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United States Court of Appeals,Eleventh Circuit.

WHOLE HEALTH CHIROPRACTIC & WELLNESS, INC., on its own behalf and on behalf of a similarly situated class, Plaintiffs-Appellees, v. HUMANA MEDICAL PLAN, INC. and Humana Health Insurance Company of Florida, Inc., Defendants-Appellants.

No. 00-13754.

Decided: June 28, 2001

Before TJOFLAT and WILSON, Circuit Judges, and RESTANI*, Judge. Cindy Lea Ebenfeld,Ralph Oliver Anderson, Hicks, Anderson & Kneale, P.A., Miami, FL, for Defendants-Appellants. Maloy Castro Morales, John H. Ruiz, P.A., Miami, FL, for Plaintiffs-Appellees.

This appeal raises an issue of first impression in this circuit-whether the Federal Removal Statute, 28 U.S.C. § 1441 et seq., permits a district court's sua sponte remand of a case because of a defect in the removal procedure.   Aligning ourselves with those of our sister circuits that have previously decided this issue, we conclude that such action is not permitted as it falls outside the scope of 28 U.S.C. § 1447(c).   We also decide that such an error is subject to appellate review.


The original plaintiff, Medical Re-Hab Center, filed this case on its own behalf and on behalf of an alleged similarly situated class, against Humana Medical Plan, Inc. (“Humana”), a Florida Health Maintenance Organization (HMO) governed by Florida Statutes chapter 641.   The plaintiffs filed the complaint in a Florida circuit court.   The complaint alleged breach of contract and statutory violations, and specifically alleged that Humana violated Florida Statutes chapter 627.613, for failing to make interest payments on medical bills paid more than forty-five days after receiving written notice of a covered loss.   Humana filed a motion to dismiss the complaint for failure to state a cause of action, arguing that because it is an HMO governed by Florida Statutes chapter 641, insurance laws such as chapter 627.613 did not apply to it.

In response to the motion to dismiss, the Appellees filed their first amended class representation complaint (“first amended complaint”).   They named Whole Health Chiropractic & Wellness, Inc. (“Whole Health”) as the plaintiff and named Humana as the defendant.   The first amended complaint identified Mayra Abella as a patient of Whole Health.   Abella was a participant in and beneficiary of an employee welfare benefit plan of Humana Health Insurance Company of Florida, Inc. (“HHIC”).  Humana and HHIC alleged that the employee benefit plan in which Abella participated was governed by the Employee Retirement Income Security Act (“ERISA”).1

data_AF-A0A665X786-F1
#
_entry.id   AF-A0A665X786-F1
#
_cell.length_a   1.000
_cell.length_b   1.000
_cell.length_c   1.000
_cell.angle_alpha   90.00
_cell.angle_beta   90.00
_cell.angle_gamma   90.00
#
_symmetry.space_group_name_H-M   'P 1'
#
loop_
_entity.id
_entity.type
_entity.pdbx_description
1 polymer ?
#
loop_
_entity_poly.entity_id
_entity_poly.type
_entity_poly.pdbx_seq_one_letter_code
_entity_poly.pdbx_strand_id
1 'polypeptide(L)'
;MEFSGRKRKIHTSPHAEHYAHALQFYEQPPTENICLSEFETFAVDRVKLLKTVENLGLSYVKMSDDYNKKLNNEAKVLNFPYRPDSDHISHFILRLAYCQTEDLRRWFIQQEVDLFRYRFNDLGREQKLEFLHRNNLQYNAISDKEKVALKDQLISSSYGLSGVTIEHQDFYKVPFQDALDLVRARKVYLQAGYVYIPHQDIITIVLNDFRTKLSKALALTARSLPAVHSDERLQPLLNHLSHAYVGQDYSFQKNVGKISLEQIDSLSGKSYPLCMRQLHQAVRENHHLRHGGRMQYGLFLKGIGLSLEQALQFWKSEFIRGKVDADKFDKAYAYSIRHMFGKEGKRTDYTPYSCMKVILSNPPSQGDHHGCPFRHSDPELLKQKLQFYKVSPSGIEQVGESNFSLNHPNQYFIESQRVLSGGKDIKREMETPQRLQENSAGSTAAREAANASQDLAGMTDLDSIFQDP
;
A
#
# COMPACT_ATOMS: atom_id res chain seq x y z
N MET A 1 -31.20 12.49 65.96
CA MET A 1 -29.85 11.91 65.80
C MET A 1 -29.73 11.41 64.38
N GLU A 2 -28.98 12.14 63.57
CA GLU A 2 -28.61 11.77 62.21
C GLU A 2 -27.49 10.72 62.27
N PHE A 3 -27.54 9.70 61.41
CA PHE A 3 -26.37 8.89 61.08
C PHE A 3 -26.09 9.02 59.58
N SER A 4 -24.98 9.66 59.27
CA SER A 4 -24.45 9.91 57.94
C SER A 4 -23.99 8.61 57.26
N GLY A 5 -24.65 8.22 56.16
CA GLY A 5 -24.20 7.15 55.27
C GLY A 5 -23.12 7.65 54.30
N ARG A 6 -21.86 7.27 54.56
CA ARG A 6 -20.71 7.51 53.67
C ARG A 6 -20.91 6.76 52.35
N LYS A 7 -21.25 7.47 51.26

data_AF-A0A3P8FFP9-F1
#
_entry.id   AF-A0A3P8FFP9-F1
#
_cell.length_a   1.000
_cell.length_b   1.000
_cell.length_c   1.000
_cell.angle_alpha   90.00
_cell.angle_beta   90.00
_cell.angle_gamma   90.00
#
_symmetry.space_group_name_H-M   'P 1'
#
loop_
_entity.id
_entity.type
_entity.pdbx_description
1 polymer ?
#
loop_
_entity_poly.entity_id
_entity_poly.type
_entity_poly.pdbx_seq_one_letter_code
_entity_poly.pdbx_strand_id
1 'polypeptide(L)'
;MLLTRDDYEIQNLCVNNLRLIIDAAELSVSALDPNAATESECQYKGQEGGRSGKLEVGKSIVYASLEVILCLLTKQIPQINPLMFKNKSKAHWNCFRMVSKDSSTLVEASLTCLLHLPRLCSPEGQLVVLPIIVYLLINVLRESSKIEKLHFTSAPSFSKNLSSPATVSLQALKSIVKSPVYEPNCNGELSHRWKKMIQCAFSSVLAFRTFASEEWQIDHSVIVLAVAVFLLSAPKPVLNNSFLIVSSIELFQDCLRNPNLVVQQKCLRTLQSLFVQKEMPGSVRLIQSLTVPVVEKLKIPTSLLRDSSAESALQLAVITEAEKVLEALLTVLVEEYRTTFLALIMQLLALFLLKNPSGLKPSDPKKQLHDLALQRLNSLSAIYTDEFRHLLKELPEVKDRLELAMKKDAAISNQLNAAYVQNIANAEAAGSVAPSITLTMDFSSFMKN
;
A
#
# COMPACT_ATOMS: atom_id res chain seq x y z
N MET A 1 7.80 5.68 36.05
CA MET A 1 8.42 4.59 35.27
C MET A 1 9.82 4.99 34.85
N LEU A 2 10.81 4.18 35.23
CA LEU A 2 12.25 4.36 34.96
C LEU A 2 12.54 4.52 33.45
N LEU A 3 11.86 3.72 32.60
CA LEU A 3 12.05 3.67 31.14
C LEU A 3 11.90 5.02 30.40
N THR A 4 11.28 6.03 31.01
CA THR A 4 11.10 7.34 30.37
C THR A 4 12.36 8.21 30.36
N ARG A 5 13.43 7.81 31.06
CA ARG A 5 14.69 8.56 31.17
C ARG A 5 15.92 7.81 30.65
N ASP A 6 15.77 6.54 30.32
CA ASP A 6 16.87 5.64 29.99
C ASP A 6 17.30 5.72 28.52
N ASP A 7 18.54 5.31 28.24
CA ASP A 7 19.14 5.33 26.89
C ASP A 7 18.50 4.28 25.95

HHIC and Humana filed a notice of removal pursuant to 28 U.S.C. § 1441(b), alleging that ERISA preempted all of the Appellees' state law claims.   The Appellants argued, therefore, that the claims arose under federal law, giving the district court original jurisdiction pursuant to 28 U.S.C. § 1331.

The district court, acting sua sponte, remanded the case to the Florida court.   The court determined that because the case had been pending in the state court for over one year before removal, the time for removing the case to federal court had expired.2  The court then denied the Appellants' motion to reconsider, stating that it had no jurisdiction to reconsider the remand order under 28 U.S.C. § 1447(d) because it had remanded the action due to “a defect in the removal process.”   This appeal followed.


 We first decide whether we have jurisdiction to review the district court's order.  Section 1447(d) of Title 28 provides that:  “An order remanding a case to the State court from which it was removed is not reviewable on appeal or otherwise․”  28 U.S.C. § 1447(d).  Section 1447(c) authorizes remand for a procedural defect in the removal process.   In relevant part, it provides:

A motion to remand the case on the basis of any defect other than lack of subject matter jurisdiction must be made within 30 days after the filing of the notice of removal․  If at any time before final judgment it appears that the district court lacks subject matter jurisdiction, the case shall be remanded.

28 U.S.C. § 1447(c).

 The Supreme Court has held that sections 1447(c) and (d) must be construed together.   See Thermtron Prods., Inc. v. Hermansdorfer, 423 U.S. 336, 345-46, 96 S.Ct. 584, 46 L.Ed.2d 542 (1976), abrogated on other grounds in Quackenbush v. Allstate Ins. Co., 517 U.S. 706, 116 S.Ct. 1712, 135 L.Ed.2d 1 (1996).  “This means that only remand orders issued under § 1447(c) and invoking the grounds specified therein that removal was improvident and without jurisdiction are immune from review under § 1447(d).”  Id. at 346, 96 S.Ct. 584.   We have interpreted the statutory language to mean that: